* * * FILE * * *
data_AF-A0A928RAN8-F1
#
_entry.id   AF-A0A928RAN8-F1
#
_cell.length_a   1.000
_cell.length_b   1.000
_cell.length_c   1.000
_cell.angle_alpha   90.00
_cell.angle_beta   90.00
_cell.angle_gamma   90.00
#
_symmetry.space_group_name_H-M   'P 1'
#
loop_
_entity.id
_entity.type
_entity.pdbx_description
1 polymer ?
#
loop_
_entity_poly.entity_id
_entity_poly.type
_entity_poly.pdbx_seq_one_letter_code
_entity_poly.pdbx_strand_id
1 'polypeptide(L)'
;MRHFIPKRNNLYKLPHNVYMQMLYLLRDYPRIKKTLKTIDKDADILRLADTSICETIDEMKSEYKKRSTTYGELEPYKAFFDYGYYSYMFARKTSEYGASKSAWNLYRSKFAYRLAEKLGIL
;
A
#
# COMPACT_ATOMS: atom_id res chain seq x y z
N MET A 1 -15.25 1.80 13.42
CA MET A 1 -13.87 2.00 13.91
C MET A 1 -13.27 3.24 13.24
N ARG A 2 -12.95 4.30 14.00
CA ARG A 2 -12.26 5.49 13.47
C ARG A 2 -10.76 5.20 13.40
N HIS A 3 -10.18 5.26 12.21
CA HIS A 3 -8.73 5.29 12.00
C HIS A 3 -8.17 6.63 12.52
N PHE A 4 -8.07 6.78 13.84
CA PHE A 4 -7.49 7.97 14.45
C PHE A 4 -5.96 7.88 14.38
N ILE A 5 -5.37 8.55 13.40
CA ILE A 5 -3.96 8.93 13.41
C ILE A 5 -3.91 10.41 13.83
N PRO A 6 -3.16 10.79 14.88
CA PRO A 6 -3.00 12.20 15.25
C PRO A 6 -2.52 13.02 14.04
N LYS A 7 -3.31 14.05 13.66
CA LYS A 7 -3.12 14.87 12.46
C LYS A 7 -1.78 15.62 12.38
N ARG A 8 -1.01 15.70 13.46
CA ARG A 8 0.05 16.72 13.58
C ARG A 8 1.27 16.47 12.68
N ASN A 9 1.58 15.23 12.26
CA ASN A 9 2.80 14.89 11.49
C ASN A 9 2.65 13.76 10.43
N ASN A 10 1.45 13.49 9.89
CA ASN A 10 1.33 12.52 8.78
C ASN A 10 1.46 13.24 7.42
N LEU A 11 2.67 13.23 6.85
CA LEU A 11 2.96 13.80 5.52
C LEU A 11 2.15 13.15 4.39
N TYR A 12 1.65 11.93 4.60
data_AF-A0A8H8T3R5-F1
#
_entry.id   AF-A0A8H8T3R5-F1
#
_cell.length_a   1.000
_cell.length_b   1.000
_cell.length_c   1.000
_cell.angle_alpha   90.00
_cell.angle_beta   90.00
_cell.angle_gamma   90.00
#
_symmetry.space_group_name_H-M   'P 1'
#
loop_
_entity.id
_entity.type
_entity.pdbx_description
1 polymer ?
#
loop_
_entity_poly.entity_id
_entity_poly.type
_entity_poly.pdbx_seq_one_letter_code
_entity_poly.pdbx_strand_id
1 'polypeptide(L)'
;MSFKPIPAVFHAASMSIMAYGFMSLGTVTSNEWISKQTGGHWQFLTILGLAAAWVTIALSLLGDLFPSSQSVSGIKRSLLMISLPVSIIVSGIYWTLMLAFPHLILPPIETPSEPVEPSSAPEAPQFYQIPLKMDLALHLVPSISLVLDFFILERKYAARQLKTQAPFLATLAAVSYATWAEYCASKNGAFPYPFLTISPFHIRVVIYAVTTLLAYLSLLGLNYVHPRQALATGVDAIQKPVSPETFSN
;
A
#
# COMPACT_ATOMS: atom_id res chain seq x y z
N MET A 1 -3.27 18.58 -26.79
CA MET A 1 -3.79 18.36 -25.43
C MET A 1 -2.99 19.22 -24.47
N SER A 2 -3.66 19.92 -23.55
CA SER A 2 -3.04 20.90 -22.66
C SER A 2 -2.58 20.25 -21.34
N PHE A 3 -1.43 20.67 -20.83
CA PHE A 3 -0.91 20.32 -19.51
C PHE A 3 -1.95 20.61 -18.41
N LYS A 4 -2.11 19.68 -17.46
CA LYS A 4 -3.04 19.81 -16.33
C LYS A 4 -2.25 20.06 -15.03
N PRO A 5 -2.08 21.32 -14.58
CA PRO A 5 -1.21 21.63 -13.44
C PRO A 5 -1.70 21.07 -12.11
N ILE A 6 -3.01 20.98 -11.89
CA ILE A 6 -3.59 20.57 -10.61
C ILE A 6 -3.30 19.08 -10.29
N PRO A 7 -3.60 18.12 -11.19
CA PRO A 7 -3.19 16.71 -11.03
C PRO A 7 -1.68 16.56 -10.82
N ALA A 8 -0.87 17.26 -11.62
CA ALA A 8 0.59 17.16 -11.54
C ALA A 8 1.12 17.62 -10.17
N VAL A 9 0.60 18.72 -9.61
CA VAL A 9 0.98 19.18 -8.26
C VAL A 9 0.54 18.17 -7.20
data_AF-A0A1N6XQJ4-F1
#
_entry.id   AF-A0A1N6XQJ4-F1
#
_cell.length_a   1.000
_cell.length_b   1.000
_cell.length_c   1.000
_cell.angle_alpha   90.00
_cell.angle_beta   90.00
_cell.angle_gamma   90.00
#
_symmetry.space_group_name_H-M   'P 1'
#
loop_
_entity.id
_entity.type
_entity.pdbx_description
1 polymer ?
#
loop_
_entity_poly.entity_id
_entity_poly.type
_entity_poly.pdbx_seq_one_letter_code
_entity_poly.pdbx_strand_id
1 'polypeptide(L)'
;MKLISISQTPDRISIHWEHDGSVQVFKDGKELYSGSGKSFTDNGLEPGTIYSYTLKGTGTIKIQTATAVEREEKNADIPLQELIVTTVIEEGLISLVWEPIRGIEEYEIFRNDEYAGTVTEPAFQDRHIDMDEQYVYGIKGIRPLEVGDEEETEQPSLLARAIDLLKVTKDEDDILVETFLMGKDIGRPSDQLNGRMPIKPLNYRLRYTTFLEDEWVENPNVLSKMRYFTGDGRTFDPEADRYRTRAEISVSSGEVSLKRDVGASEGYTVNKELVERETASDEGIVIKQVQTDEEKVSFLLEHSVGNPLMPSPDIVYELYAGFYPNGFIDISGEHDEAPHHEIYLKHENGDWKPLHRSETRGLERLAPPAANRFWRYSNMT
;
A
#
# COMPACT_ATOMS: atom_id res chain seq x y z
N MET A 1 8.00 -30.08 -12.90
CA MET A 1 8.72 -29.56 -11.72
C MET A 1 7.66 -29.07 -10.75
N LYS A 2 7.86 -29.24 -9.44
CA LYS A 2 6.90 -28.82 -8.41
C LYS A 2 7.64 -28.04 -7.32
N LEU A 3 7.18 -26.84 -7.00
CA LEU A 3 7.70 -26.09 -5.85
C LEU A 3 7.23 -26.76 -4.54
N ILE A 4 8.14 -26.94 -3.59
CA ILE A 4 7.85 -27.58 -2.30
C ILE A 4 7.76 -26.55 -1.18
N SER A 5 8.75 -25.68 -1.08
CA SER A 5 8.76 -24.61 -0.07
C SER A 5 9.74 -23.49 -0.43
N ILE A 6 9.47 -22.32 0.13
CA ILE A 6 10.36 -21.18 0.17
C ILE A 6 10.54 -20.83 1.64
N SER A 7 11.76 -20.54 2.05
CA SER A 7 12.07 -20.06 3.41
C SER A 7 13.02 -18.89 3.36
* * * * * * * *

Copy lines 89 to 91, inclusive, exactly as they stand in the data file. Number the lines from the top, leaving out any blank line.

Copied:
1 'polypeptide(L)'
;MSFKPIPAVFHAASMSIMAYGFMSLGTVTSNEWISKQTGGHWQFLTILGLAAAWVTIALSLLGDLFPSSQSVSGIKRSLLMISLPVSIIVSGIYWTLMLAFPHLILPPIETPSEPVEPSSAPEAPQFYQIPLKMDLALHLVPSISLVLDFFILERKYAARQLKTQAPFLATLAAVSYATWAEYCASKNGAFPYPFLTISPFHIRVVIYAVTTLLAYLSLLGLNYVHPRQALATGVDAIQKPVSPETFSN
;